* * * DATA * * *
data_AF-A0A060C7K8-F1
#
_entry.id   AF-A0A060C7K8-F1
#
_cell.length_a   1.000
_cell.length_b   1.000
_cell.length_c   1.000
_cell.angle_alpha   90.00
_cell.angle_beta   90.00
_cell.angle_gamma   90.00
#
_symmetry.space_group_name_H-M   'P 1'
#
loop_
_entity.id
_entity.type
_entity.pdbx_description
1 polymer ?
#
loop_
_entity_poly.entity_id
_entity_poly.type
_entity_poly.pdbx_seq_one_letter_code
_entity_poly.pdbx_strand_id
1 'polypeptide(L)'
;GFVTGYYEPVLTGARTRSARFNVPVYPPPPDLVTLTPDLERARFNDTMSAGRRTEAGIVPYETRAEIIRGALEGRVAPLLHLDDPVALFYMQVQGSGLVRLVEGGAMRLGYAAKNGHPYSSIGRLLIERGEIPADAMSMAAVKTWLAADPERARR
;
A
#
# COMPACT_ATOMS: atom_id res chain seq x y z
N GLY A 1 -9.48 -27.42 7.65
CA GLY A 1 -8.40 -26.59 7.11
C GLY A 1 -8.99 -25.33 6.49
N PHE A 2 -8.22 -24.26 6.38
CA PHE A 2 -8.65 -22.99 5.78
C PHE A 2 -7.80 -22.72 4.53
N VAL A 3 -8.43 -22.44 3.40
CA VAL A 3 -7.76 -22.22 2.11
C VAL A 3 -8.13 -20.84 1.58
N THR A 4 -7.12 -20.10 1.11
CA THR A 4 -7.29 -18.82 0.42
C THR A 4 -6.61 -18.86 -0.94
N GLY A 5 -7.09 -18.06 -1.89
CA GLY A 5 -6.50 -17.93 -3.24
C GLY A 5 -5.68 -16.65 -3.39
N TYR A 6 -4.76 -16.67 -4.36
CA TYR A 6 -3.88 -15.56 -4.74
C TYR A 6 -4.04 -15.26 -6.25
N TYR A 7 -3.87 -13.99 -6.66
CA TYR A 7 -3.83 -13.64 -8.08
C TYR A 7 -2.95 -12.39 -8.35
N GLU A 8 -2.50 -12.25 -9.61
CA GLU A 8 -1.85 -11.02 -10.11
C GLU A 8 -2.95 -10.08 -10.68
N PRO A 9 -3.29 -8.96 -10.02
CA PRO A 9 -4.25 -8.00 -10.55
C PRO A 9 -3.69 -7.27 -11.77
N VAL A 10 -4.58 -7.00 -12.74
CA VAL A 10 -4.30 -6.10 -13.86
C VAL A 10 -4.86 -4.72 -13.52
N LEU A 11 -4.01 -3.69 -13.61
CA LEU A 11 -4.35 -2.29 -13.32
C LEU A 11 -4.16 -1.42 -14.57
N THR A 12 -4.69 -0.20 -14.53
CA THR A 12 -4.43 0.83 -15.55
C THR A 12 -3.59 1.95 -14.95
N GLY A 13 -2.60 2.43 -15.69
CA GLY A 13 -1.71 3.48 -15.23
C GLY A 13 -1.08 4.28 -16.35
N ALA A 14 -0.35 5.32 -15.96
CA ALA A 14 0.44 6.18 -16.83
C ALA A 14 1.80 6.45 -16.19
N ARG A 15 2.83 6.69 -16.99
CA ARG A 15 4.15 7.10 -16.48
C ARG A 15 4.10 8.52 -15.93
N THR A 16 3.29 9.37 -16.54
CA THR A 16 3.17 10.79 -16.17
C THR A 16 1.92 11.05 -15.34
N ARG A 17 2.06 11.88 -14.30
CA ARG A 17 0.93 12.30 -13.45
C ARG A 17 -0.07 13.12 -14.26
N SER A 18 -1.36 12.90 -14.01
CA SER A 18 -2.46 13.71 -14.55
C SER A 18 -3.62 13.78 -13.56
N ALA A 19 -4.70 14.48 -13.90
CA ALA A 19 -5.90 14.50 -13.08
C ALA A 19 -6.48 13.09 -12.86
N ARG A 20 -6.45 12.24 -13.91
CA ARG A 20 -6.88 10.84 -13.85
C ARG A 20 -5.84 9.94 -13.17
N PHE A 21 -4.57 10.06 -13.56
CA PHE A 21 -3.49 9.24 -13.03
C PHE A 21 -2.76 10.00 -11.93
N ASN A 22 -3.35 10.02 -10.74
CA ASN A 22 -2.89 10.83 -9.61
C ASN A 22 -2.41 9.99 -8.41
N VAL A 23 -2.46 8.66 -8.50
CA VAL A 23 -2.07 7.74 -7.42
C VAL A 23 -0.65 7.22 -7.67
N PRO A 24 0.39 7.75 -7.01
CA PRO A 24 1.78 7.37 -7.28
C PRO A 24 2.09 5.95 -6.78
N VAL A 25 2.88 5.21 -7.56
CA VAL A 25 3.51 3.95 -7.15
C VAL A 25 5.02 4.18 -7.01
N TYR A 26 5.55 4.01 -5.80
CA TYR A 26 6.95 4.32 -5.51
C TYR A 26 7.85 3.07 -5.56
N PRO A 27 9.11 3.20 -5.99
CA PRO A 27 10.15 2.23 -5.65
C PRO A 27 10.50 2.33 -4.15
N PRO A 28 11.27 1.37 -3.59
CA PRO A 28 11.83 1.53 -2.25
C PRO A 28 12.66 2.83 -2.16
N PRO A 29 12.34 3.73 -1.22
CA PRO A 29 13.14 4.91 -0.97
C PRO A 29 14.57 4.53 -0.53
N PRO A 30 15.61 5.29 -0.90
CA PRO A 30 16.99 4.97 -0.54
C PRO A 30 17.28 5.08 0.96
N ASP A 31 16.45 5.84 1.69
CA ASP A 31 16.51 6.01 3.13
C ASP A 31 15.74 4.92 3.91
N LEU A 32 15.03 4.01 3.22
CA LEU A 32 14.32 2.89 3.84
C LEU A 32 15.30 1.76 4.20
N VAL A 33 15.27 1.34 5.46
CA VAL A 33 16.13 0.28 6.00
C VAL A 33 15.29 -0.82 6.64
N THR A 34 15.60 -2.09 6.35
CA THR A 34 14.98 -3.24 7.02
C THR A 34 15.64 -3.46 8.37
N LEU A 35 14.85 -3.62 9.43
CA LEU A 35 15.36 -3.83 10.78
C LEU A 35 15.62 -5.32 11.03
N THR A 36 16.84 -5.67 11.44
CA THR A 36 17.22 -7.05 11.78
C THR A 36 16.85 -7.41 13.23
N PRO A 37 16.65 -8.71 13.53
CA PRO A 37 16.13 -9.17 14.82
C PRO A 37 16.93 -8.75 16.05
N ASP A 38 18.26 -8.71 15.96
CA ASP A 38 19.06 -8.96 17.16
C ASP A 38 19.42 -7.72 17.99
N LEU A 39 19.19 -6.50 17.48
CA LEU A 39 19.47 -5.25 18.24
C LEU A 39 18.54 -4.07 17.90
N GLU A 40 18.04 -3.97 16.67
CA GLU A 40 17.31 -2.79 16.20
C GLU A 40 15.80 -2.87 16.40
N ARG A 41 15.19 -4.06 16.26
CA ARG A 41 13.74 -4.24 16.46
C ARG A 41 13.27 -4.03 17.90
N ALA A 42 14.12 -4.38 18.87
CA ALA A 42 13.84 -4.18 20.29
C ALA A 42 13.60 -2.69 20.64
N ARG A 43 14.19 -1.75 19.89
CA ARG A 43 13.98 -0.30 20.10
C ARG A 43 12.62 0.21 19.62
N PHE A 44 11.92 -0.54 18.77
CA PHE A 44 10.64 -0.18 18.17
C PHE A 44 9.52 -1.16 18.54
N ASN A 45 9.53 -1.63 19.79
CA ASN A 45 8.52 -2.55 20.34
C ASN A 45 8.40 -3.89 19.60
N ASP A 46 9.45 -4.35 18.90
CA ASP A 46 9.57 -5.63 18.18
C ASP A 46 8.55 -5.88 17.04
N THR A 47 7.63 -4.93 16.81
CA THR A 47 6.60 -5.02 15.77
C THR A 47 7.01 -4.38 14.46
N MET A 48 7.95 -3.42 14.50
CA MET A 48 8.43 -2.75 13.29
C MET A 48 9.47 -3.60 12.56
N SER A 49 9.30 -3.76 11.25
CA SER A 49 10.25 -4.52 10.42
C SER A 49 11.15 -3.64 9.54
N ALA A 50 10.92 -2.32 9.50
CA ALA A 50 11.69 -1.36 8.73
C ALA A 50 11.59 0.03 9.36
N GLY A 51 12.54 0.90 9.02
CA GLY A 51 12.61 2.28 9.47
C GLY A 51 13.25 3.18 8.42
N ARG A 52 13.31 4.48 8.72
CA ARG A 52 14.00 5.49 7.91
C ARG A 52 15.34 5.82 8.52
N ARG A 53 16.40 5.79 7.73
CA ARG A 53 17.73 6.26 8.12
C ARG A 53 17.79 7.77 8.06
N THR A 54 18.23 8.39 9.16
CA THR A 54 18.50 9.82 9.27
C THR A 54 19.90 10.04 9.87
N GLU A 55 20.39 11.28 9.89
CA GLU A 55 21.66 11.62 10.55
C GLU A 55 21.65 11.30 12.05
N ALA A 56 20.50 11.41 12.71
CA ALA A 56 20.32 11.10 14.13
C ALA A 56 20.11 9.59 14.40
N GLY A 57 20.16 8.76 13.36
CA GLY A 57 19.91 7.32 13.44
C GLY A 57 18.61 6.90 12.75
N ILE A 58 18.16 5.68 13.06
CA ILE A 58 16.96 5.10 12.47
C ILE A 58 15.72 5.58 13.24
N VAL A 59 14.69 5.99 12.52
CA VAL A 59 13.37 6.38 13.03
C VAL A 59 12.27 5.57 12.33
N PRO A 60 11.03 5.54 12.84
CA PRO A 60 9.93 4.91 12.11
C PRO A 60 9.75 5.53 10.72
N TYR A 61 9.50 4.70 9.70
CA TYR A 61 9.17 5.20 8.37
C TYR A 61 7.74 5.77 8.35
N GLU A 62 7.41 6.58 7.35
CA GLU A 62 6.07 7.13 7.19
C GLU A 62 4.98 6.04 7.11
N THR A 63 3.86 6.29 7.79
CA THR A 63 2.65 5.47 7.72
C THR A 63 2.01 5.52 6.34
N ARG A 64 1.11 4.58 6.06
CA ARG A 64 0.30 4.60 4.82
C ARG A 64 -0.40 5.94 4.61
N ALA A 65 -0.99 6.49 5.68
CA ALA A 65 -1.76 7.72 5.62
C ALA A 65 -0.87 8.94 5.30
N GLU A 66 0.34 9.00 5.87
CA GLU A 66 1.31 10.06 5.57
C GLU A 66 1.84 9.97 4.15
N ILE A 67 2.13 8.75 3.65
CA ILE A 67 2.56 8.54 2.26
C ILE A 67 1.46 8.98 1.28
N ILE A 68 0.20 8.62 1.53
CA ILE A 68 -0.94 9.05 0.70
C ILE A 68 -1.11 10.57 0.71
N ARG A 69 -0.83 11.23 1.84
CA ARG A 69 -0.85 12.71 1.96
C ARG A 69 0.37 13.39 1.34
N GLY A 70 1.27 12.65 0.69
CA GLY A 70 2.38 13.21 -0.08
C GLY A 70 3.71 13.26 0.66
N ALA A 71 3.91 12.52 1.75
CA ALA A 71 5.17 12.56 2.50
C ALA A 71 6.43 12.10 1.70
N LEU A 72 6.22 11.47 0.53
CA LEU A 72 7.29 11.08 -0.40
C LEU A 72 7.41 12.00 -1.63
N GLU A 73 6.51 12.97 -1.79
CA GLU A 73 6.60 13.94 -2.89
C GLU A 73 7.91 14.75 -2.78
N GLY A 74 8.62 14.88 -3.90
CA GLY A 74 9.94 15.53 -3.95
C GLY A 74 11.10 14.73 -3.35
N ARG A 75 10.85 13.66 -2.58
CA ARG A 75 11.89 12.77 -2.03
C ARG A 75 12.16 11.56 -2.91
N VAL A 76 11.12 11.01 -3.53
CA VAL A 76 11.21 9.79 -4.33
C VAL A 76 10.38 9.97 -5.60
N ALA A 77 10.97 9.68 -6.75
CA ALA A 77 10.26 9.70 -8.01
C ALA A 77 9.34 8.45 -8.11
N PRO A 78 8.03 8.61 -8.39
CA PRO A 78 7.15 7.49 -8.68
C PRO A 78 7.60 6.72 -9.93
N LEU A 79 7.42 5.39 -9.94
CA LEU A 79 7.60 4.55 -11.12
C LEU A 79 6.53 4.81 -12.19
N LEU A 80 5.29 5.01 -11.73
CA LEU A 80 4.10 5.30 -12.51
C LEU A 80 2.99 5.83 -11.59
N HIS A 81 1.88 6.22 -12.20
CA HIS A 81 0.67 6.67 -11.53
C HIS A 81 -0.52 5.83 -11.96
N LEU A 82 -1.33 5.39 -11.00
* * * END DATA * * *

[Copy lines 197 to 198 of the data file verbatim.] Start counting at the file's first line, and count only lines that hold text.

CA ALA A 56 20.32 11.10 14.13
C ALA A 56 20.11 9.59 14.40